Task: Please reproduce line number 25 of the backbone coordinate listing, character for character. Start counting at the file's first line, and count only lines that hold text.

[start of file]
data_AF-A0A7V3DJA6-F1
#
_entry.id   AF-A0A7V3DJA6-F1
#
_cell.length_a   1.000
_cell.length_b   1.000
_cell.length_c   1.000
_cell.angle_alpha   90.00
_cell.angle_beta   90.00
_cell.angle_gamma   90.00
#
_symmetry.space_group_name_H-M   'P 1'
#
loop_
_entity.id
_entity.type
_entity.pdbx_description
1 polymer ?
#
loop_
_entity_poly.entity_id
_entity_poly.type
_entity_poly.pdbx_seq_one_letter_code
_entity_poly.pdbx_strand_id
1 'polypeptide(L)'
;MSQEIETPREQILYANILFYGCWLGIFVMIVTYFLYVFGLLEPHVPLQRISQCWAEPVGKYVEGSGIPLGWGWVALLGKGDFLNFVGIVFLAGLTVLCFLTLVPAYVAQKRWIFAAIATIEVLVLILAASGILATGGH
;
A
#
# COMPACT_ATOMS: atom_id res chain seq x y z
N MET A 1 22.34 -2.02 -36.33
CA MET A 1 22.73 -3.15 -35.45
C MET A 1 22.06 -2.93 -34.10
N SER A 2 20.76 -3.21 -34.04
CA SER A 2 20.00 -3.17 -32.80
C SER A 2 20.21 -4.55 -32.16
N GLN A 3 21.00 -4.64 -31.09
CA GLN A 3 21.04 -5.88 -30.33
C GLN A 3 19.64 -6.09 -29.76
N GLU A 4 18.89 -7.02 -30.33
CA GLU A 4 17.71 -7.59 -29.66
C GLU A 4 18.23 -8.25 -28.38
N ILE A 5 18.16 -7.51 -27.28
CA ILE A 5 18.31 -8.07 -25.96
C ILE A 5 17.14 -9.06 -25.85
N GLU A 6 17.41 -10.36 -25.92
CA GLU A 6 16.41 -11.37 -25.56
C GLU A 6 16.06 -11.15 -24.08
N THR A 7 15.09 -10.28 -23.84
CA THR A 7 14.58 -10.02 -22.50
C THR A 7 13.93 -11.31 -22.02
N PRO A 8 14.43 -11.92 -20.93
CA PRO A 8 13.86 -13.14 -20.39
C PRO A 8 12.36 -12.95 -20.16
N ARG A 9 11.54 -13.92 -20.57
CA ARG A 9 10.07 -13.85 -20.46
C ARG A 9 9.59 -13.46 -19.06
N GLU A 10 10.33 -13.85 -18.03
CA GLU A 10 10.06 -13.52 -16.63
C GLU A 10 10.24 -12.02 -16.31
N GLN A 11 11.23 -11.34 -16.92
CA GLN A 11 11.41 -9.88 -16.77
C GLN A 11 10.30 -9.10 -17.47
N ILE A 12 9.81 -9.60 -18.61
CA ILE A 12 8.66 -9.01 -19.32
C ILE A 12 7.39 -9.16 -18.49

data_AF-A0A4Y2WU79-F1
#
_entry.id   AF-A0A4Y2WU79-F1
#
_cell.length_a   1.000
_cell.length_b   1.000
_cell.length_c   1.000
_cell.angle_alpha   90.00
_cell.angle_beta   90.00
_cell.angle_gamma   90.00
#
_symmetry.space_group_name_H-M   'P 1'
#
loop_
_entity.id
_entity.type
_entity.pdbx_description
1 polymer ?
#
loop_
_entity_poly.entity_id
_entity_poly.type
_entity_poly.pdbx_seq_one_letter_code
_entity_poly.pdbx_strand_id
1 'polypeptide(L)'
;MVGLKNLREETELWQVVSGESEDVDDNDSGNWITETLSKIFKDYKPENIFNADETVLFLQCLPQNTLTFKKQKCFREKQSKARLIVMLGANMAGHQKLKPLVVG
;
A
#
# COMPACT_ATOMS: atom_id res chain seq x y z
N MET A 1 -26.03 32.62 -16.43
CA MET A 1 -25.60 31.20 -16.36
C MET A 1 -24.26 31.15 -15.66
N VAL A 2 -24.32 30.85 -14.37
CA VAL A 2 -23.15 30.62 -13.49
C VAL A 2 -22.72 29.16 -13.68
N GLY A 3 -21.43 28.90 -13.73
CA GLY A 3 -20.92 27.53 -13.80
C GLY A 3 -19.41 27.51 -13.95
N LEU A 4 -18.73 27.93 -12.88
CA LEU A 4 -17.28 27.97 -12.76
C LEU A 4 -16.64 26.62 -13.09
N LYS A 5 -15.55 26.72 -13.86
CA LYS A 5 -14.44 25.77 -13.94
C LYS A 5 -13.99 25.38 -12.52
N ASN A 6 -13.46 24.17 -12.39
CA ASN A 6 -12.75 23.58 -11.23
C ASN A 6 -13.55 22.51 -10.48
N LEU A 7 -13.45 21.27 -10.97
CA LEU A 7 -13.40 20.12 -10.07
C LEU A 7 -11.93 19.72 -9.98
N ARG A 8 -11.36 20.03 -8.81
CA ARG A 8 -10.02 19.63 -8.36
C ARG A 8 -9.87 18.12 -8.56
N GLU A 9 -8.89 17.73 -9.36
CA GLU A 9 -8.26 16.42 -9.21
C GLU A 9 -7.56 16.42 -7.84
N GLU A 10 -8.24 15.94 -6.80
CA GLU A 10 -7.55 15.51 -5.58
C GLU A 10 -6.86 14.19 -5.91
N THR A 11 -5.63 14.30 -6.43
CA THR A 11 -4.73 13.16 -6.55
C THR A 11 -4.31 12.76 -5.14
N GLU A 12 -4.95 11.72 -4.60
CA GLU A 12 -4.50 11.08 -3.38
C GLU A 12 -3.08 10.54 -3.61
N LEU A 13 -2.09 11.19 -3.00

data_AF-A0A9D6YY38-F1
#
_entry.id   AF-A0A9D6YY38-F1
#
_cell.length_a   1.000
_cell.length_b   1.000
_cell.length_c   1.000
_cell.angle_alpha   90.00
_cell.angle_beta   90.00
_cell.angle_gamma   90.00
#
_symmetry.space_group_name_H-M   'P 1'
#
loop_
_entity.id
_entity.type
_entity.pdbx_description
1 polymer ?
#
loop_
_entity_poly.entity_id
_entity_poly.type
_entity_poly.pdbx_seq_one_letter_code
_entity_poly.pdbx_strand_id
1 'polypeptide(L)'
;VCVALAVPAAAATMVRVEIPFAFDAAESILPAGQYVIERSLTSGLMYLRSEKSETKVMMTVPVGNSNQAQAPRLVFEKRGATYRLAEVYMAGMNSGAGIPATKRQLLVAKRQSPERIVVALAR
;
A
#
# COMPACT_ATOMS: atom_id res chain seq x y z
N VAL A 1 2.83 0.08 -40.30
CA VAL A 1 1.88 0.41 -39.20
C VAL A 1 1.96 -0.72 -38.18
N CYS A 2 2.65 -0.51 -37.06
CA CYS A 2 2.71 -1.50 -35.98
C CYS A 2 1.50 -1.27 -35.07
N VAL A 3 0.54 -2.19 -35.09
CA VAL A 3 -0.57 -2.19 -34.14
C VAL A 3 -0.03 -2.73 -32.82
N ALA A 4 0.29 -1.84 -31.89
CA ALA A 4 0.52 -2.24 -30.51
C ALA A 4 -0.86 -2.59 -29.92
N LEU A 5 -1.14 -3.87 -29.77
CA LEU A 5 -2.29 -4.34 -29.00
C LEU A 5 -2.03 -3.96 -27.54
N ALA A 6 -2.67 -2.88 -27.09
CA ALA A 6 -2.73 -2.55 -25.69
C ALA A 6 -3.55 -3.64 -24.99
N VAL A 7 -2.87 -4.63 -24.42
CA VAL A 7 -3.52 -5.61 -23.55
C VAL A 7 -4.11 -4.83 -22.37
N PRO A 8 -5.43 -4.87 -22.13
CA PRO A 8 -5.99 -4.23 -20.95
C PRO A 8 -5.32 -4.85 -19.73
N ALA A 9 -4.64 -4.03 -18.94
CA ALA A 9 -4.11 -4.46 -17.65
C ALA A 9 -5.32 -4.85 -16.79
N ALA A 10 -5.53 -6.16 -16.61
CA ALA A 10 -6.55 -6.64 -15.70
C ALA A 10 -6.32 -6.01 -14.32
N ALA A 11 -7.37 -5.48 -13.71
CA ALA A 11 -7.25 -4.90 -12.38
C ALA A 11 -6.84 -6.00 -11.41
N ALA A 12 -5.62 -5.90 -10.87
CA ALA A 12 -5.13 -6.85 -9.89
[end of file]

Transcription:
1 'polypeptide(L)'